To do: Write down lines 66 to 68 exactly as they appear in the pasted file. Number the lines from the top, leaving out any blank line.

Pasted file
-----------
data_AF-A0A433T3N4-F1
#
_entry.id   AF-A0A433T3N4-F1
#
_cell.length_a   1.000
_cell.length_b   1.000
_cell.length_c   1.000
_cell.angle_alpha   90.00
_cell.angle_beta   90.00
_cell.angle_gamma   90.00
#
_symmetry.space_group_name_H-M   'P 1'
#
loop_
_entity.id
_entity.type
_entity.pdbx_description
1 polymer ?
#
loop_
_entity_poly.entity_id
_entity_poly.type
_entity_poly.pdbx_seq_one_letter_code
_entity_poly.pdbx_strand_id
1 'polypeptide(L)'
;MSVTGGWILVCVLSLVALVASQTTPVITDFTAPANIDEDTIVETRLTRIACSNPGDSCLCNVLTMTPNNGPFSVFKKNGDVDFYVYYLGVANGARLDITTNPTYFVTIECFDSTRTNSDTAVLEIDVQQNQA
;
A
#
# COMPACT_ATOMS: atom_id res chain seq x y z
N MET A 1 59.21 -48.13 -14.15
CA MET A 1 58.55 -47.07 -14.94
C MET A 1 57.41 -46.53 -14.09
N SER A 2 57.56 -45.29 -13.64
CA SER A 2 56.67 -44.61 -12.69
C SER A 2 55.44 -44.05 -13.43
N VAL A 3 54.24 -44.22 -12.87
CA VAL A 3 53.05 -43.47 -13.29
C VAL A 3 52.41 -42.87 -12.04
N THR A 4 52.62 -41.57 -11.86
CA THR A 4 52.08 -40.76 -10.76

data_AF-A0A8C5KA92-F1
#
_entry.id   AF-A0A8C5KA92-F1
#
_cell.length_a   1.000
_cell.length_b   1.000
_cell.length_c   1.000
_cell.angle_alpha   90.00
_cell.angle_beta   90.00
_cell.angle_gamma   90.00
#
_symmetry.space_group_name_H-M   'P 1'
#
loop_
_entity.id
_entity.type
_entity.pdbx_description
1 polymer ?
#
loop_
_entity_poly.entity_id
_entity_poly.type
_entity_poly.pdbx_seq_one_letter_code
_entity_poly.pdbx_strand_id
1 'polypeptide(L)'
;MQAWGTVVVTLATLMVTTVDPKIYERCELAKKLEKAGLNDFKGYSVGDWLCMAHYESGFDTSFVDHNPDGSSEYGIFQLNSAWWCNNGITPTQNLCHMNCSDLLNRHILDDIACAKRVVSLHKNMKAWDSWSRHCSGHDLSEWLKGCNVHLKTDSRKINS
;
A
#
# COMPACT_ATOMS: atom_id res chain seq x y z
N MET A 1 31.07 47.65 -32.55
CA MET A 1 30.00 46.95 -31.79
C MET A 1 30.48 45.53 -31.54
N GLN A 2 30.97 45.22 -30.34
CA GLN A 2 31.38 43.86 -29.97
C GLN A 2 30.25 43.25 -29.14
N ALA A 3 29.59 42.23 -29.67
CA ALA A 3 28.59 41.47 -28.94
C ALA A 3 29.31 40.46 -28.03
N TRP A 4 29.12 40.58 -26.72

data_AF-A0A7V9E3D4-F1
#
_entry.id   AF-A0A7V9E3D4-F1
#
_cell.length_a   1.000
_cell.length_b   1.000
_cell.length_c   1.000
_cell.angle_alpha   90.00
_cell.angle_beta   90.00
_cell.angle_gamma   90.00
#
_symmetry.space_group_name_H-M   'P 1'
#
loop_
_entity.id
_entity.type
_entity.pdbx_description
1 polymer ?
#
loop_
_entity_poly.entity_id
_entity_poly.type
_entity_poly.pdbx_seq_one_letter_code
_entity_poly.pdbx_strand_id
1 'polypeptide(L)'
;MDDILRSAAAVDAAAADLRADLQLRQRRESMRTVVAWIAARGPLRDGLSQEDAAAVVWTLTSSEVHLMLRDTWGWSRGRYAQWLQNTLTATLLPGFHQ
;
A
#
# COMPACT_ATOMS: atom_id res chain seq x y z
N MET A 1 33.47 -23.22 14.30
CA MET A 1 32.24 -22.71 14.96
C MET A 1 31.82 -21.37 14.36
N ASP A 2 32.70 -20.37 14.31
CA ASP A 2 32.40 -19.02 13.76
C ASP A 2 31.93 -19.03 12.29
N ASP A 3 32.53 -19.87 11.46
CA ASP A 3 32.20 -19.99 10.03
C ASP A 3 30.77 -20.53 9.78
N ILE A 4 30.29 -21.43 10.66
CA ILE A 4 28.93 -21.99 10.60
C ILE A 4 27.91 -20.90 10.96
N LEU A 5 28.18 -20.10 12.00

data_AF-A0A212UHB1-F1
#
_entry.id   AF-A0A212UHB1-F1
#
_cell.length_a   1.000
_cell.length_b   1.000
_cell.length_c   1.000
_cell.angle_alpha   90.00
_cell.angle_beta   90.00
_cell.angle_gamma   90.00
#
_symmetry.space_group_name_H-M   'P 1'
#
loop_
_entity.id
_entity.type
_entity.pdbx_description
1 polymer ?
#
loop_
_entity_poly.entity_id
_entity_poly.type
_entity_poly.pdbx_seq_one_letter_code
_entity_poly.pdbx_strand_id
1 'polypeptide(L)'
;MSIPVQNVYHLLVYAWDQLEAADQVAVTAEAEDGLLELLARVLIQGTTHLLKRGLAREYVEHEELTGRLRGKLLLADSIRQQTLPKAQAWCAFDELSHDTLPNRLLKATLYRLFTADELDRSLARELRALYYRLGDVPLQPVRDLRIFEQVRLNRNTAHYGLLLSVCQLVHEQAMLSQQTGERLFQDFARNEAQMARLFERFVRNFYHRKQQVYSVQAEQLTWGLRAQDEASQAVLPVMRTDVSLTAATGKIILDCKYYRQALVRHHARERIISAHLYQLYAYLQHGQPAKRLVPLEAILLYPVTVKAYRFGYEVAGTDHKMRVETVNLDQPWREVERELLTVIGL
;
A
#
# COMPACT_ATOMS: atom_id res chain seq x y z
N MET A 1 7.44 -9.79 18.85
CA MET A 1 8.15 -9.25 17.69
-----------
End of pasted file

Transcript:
1 'polypeptide(L)'
;MQAWGTVVVTLATLMVTTVDPKIYERCELAKKLEKAGLNDFKGYSVGDWLCMAHYESGFDTSFVDHNPDGSSEYGIFQLNSAWWCNNGITPTQNLCHMNCSDLLNRHILDDIACAKRVVSLHKNMKAWDSWSRHCSGHDLSEWLKGCNVHLKTDSRKINS
;